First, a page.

Chances are, you will never have to install a solar voltaic system on the slope of a dormant volcano, at an altitude of almost 14,000 feet, taking care to place the system’s panels on an existing ballasted roof, avoiding snow and ice that can fall from the domes protecting the nearby 300 pound astronomical telescopes.
That was the challenge that faced Mark Devenot, infrastructure specialist at the W.M. Keck Observatory, atop Hawaii’s tallest mountain, Mauna Kea. The observatory is the home of two telescopes that attract astronomers from around the world “to observe the universe with unprecedented power and precision.” The location of Mauna Kea in the middle of the Pacific Ocean, with no nearby mountain ranges and few city lights polluting the night sky, makes it ideal to visually explore the far reaches of space.
Those conditions also make it an ideal location for a solar installation. Four years ago, a solar array was installed at Keck’s headquarters, two hours down the mountain at the base of Mauna Kea. Inspired by the success of the installation at headquarters, Devenot began to ponder the feasibility of installing a solar system at the summit of Mauna Kea. Overcoming a wide array of challenges, both natural and man-made, Devenot and his staff completed the installation of a 137 kilowatt solar system at Mauna Kea in December of 2020.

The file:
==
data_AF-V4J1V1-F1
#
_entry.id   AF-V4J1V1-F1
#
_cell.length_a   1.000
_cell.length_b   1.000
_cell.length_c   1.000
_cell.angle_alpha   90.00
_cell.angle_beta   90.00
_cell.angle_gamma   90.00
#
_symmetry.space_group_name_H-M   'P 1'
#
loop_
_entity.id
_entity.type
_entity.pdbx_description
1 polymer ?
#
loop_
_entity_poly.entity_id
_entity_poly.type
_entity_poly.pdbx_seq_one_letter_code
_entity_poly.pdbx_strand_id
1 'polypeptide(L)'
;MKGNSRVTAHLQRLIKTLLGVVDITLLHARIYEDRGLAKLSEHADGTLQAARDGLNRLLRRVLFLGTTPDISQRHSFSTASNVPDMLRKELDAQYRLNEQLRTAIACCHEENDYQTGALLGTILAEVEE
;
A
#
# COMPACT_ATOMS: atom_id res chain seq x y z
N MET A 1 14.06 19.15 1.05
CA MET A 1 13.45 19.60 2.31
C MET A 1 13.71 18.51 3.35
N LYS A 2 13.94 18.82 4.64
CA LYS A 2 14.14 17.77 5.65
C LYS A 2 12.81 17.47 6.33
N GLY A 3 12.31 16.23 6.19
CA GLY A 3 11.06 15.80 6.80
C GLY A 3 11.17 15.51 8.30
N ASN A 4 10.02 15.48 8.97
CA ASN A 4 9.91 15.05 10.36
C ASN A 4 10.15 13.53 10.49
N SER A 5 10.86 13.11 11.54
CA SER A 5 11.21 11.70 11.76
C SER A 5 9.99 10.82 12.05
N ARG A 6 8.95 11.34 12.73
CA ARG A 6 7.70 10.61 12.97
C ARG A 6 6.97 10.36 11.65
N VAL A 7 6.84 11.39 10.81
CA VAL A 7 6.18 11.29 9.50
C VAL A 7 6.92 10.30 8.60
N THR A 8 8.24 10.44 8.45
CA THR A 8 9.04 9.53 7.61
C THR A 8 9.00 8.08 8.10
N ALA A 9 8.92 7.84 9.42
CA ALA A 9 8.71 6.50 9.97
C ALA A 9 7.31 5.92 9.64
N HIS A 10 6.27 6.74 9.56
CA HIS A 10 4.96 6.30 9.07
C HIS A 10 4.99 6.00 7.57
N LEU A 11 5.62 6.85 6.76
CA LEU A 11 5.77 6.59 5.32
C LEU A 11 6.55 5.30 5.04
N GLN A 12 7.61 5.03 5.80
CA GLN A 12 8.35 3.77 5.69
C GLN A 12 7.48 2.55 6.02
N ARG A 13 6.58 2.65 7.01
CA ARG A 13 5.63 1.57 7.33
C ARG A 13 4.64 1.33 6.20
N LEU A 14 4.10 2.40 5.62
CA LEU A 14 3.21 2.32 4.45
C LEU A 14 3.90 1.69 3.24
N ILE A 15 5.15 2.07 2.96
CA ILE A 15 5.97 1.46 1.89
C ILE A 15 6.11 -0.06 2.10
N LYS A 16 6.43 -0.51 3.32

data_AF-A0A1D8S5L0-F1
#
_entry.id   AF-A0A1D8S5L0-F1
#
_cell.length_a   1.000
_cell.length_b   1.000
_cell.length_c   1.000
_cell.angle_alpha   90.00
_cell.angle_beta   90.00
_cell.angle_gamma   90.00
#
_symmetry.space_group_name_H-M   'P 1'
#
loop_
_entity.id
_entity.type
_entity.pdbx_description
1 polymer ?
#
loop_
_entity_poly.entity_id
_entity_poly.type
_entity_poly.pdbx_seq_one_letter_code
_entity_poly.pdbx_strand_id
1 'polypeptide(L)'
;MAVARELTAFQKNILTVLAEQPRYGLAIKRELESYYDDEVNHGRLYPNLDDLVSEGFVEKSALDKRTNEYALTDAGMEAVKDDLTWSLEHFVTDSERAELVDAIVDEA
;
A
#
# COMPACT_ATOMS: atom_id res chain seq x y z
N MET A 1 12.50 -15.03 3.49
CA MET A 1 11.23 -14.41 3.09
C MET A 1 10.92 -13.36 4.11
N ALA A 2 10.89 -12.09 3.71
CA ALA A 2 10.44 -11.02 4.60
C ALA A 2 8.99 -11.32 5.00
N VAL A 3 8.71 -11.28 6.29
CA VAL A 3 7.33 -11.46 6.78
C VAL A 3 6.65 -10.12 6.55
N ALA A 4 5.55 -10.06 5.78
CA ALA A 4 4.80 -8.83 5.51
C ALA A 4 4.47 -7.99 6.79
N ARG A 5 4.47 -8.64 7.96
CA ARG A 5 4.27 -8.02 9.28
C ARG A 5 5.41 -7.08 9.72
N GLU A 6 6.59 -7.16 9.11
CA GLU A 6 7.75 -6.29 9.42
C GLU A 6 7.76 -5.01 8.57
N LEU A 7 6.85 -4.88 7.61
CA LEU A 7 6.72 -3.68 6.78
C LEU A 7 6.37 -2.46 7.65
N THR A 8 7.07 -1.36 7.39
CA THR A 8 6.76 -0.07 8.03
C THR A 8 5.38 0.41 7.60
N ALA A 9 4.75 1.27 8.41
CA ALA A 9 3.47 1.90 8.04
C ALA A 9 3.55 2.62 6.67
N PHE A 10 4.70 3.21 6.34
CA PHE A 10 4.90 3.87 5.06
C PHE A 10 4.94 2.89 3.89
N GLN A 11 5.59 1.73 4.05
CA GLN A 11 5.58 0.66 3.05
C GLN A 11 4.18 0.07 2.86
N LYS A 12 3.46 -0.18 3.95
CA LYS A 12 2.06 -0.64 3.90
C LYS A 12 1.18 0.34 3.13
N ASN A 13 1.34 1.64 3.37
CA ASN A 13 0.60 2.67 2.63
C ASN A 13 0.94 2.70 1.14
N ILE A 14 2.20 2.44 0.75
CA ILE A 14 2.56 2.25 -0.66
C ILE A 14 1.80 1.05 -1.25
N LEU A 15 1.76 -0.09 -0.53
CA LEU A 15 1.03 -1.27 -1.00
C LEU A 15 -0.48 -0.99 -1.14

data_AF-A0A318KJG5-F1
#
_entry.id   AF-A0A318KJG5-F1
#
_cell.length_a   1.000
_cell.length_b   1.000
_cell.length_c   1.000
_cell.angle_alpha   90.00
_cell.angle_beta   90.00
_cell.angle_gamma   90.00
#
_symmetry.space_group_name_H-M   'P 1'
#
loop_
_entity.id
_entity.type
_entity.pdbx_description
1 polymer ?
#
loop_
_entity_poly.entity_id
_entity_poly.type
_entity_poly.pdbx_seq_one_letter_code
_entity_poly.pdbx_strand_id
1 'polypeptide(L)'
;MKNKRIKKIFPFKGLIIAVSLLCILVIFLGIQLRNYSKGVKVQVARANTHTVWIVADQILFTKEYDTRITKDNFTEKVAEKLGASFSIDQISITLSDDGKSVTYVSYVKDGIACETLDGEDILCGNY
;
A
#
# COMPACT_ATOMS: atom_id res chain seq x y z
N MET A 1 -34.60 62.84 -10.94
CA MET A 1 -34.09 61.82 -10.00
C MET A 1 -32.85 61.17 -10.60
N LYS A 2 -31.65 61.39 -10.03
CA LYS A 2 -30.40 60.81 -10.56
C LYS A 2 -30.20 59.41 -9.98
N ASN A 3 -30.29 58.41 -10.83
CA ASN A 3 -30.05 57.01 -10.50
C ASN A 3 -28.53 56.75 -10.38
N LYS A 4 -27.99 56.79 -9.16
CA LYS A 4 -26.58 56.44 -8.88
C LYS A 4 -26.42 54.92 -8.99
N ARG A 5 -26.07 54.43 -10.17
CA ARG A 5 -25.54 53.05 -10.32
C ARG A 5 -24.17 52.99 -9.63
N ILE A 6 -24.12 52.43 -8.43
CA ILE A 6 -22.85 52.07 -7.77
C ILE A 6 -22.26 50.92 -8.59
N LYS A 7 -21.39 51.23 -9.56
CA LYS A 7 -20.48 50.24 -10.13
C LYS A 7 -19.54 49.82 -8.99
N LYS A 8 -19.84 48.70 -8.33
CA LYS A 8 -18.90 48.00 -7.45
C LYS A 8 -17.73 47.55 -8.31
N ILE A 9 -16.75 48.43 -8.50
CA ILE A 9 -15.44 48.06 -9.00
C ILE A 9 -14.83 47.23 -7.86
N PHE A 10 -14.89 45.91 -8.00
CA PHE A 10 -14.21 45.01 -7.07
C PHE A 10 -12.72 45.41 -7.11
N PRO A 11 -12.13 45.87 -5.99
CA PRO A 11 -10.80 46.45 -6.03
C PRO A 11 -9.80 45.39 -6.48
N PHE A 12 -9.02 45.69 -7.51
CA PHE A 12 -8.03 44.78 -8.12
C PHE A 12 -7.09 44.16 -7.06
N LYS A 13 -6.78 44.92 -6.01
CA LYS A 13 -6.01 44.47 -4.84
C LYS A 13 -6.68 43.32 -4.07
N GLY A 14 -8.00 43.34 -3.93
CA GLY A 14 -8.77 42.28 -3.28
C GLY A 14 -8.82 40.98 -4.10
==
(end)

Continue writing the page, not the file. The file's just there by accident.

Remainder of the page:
While it is an understatement to say the challenges faced by Devenot were unique, his experience with solar power holds some lessons for anyone contemplating putting solar power on a new or existing roof.
The Existing Roof
Installed more than 30 years ago, the existing EPDM roof on the building that supports the Keck I and Keck II telescopes was held in place by cinder ejected thousands of years ago from the dormant volcano. This ballast was abundant, nearby and, according to Devenot, had other attributes that made it ideal. “The roofing ballast is from onsite graded overburden, which inherently has sufficient density to stay in place with expected wind loads of the mountain conditions. It also perfectly matches the site’s surroundings in thermal color, making it ideal for telescope optical performance.”